Strengthening internal financial reporting

In future, all listed companies will need to have an appropriate and effective internal control system and a corresponding risk management system. Furthermore, the supervisory boards of companies that are public-interest entities will be obliged to establish audit committees.

Enhancing the quality of stock-exchange listings

In future, stock exchanges will be obliged to publicise the imposition of sanctions and be able to exclude issuers from the quality segments more easily if they violate regulations, e.g. in the case of insolvency. Enhanced admission criteria will thereby apply to companies wishing to trade in the qualified market segments of the stock exchange.

Harsher penalties for violations of financial reporting regulations

Criminal and administrative offence provisions with regard to financial reporting will be tightened in order to prosecute and penalise cases of fraud more effectively. False assurances regarding financial statements will thereby become a criminal offence and providing deliberately false information will be punishable with up to five years’ imprisonment. Penalties will become harsher in a number of other ways, too, and administrative fines will be increased, for example for breaching reporting obligations through negligence.

Strengthening BaFin with new internal rules

Employees of BaFin will be largely prohibited from privately trading in financial instruments in order to allay any concerns regarding the independence and impartiality of BaFin.  For example, it will be strictly forbidden for BaFin employees to privately trade in shares of DAX companies or banks in the EU. Trading in other financial instruments will continue to be subject to a disclosure obligation.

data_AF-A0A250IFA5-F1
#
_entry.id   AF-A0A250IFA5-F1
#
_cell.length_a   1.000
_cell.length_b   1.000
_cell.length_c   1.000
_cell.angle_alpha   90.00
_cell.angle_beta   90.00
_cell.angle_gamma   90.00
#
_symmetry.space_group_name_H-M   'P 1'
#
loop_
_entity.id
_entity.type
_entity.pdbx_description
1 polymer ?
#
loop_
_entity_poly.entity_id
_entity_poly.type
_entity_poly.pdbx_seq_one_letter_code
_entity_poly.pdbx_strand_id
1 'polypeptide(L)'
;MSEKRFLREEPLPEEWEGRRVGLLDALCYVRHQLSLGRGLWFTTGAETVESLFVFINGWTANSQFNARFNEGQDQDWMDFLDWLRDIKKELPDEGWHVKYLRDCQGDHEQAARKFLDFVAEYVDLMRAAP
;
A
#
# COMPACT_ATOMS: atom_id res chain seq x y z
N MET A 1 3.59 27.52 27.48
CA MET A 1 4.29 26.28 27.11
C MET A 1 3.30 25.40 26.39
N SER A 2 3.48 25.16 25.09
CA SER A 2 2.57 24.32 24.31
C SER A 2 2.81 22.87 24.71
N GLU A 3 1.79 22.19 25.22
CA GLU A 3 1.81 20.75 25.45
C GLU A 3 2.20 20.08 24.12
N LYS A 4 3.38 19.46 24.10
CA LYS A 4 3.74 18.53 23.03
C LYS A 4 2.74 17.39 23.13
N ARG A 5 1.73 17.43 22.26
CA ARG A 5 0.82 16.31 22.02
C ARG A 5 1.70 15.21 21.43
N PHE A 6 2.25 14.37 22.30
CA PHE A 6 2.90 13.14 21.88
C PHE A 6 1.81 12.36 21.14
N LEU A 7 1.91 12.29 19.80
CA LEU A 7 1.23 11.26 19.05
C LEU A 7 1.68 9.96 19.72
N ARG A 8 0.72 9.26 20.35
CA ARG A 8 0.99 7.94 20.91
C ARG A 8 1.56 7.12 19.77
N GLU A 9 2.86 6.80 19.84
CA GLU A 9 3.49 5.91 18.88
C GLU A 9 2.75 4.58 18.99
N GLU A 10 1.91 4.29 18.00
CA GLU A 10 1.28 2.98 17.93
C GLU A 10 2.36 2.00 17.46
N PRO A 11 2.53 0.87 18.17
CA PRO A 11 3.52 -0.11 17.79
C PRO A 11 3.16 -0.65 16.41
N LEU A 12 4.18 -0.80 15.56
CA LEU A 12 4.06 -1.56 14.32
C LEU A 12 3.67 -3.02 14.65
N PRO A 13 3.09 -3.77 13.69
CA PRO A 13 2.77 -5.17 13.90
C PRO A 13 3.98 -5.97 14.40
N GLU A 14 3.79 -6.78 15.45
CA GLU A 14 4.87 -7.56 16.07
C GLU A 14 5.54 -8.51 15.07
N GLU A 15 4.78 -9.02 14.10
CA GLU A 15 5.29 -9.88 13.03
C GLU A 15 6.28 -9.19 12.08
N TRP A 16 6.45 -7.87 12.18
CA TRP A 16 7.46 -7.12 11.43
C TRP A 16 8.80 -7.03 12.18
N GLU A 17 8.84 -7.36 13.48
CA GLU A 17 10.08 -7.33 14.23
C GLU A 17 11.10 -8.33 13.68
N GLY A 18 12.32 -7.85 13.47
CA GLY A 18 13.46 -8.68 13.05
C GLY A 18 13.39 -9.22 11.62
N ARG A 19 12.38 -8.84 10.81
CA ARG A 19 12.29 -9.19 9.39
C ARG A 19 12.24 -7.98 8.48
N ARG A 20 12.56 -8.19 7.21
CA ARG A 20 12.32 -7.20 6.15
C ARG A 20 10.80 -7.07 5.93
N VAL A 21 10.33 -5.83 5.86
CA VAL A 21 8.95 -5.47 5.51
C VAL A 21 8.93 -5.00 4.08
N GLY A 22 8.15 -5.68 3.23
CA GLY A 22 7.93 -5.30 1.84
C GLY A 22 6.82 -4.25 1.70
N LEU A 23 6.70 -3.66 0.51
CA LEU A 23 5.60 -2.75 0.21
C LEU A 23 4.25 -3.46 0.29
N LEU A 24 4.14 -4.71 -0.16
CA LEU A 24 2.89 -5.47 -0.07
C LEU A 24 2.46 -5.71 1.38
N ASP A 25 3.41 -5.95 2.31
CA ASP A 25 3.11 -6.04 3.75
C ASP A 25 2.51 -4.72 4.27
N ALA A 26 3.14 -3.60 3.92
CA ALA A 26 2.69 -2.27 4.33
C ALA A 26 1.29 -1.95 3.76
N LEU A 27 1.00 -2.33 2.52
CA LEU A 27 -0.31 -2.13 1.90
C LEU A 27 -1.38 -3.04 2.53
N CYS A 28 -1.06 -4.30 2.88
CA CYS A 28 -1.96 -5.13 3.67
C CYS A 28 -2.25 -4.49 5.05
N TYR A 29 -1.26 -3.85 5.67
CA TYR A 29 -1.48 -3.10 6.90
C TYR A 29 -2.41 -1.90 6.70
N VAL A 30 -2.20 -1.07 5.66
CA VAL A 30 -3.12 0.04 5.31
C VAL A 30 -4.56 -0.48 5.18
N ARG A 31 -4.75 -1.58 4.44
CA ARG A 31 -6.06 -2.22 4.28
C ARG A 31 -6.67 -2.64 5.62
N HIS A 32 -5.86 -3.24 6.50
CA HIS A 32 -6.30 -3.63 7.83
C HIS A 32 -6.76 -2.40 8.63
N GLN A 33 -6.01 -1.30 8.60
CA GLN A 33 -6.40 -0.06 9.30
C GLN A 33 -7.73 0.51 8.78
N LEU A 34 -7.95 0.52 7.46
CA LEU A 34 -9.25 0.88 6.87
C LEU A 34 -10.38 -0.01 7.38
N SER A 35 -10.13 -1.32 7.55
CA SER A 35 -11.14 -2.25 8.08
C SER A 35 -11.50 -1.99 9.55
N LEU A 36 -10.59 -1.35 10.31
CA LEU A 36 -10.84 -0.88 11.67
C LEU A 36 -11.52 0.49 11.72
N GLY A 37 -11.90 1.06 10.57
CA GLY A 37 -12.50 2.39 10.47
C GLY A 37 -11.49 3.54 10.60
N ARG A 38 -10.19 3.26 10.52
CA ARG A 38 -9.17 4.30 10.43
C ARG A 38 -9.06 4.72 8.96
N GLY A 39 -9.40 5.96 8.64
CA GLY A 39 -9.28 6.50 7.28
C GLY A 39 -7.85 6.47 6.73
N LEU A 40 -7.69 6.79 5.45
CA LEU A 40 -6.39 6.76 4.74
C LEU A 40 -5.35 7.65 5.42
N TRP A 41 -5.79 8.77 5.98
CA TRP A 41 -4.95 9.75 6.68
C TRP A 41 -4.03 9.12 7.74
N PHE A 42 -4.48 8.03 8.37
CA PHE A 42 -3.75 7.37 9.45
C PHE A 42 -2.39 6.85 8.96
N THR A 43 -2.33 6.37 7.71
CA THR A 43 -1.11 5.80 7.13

More powers of intervention for BaFin

BaFin will be given direct powers of intervention vis-à-vis companies to which important banking functions have been outsourced. Outsourcing is common practice in the financial sector but can sometimes lead to risks that are hard to identify. In future, these risks will be easier for BaFin to identify and control.

Improving investor and consumer protection

For investments in precious metals and gold, it will be necessary to publish a comprehensive prospectus for investors. Business models in which precious metals are invested and then released with interest at the end of the investment term will be categorised as investments. This means there will be an obligation to publish a prospectus, and other investor protection provisions will also apply. This will also enable BaFin to clamp down on unfair practices more effectively.  

Strengthening the Financial Intelligence Unit (FIU)

When it comes to preventing and combating money laundering, the FIU plays a key role as the central agency that receives all suspicious transaction reports. It will now have the right to retrieve certain basic tax data by automatic means, and thereby be able to prevent and combat money laundering even more effectively.